South Carolina State Tennis: A Hidden Gem of Excellence

Title image via Kevin L. Dorsey

Courtesy of Rob Knox

Hardeep Judge has never taken anything for granted during his 21 years leading the South Carolina State men’s and women’s tennis programs. 

“Every year has its challenges and opportunities,” Judge said. “Every year will be different. To repeat (as conference champion) is not easy. We always have a bullseye. Our advantage is that we know what it takes to win and the type of work we have put in year in and year out.”

While the spring campaign may have featured its share of obstacles for the South Carolina State men’s and women’s tennis programs, it still ended with the same result: both Bulldog teams celebrating Mid-Eastern Athletic Conference (MEAC) championships. 

It was the third straight championship for each program. 

The women will begin NCAA Tournament play on Friday at No. 3 overall seed North Carolina State at the J.W. Isenhour Tennis Center in Raleigh, N.C., beginning at 5 p.m.

Meanwhile, the men will take a quick 47-mile trip to battle No. 9 overall seed South Carolina Friday at 2 p.m. It will be the second consecutive season that the Bulldogs and Gamecocks will meet in the first round of the NCAA Tournament.

With both programs in the NCAA Tournament, Judge participated in his annual spring ritual of figuring out the logistics of travel, practice and meals during a busy day of meetings earlier in the week.

After all, he can’t be in two places at once. 

Aside from having elite student-athletes, South Carolina State’s consistent excellence has been rooted in a tried-and-true formula that has led to 18 men’s titles and 17 women’s championships.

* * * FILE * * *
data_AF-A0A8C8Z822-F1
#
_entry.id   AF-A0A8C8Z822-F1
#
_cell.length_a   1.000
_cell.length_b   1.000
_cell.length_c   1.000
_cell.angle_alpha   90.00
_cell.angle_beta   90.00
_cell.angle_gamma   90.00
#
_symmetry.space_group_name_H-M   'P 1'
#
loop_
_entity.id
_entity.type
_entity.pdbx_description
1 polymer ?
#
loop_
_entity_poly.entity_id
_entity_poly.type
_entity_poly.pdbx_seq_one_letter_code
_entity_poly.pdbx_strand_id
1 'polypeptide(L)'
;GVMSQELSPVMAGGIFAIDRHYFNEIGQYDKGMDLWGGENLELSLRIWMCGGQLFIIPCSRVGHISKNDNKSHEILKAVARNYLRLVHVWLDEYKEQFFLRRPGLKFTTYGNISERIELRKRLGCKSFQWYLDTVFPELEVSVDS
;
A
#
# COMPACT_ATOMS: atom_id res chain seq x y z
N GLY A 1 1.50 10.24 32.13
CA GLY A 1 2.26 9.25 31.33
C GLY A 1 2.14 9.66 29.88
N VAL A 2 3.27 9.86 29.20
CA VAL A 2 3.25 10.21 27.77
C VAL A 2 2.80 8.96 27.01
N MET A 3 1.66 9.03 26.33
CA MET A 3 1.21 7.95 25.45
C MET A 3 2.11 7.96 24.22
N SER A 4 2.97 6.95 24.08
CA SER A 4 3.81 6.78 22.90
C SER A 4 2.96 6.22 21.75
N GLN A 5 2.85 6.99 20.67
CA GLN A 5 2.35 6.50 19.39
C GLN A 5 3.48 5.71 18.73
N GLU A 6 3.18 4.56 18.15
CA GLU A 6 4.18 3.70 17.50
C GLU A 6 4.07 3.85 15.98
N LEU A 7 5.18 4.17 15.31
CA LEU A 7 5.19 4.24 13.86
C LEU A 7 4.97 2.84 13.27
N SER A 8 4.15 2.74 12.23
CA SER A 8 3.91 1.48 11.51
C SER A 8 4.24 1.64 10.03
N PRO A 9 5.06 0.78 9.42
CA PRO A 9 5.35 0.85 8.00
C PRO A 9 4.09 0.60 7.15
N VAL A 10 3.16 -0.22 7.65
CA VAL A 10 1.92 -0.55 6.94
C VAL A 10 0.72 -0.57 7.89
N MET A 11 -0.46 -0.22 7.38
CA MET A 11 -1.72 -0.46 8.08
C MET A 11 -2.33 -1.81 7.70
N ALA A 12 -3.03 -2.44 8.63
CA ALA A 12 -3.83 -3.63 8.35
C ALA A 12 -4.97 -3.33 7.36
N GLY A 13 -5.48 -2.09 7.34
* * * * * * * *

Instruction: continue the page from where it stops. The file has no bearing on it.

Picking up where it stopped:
“One of our main philosophies is working hard because it can compensate for many things,” Judge said. “Both teams just outworked their opponents. Before and after practice, I would see many of them putting in extra work. I sometimes rode by the courts late at night and saw the lights on with several players hitting. I would see them working out on their own.”

The men’s program hasn’t lost a regular-season match to a MEAC opponent since 2016 – a 26-match regular-season winning streak against conference competition. Between the 15 players on both rosters, 11 different countries are represented and 10 earned All-MEAC Academic recognition. 

Judge, who played tennis at South Carolina State in 1989 and 1990, has been the perfect leader for the Bulldogs. He was born in Lutron, England, and raised in Ontario, Canada. Judge has always been passionate about tennis, even when he worked with his family.

Judge has been named MEAC Women’s Tennis Coach of the Year six times. He has won the MEAC Men’s Tennis Coach of the Year eight times.

“The ability to come back and coach where I played while leading other people to bigger and better things after tennis has been the ultimate reward for me,” Judge said. “Championships are great, but seeing the development of each player on and off the court has been meaningful. My family wanted me to be involved in the family business, but my heart was always in tennis. It’s where I found my purpose.” 

The women were fueled this season by MEAC Player of the Year Sofiya Chursina, a junior who was also the women’s Outstanding Performer of the conference tournament. She was a perfect 6-0 in MEAC play from the No. 1 singles position, going 10-5 overall. She won all six conference singles matches in straight sets, and was a perfect 6-0 in MEAC doubles matches – all at the No. 1 slot. 

Chursina is the Bulldogs’ second MEAC Player of the Year in three seasons (Rachida Berjane in 2021).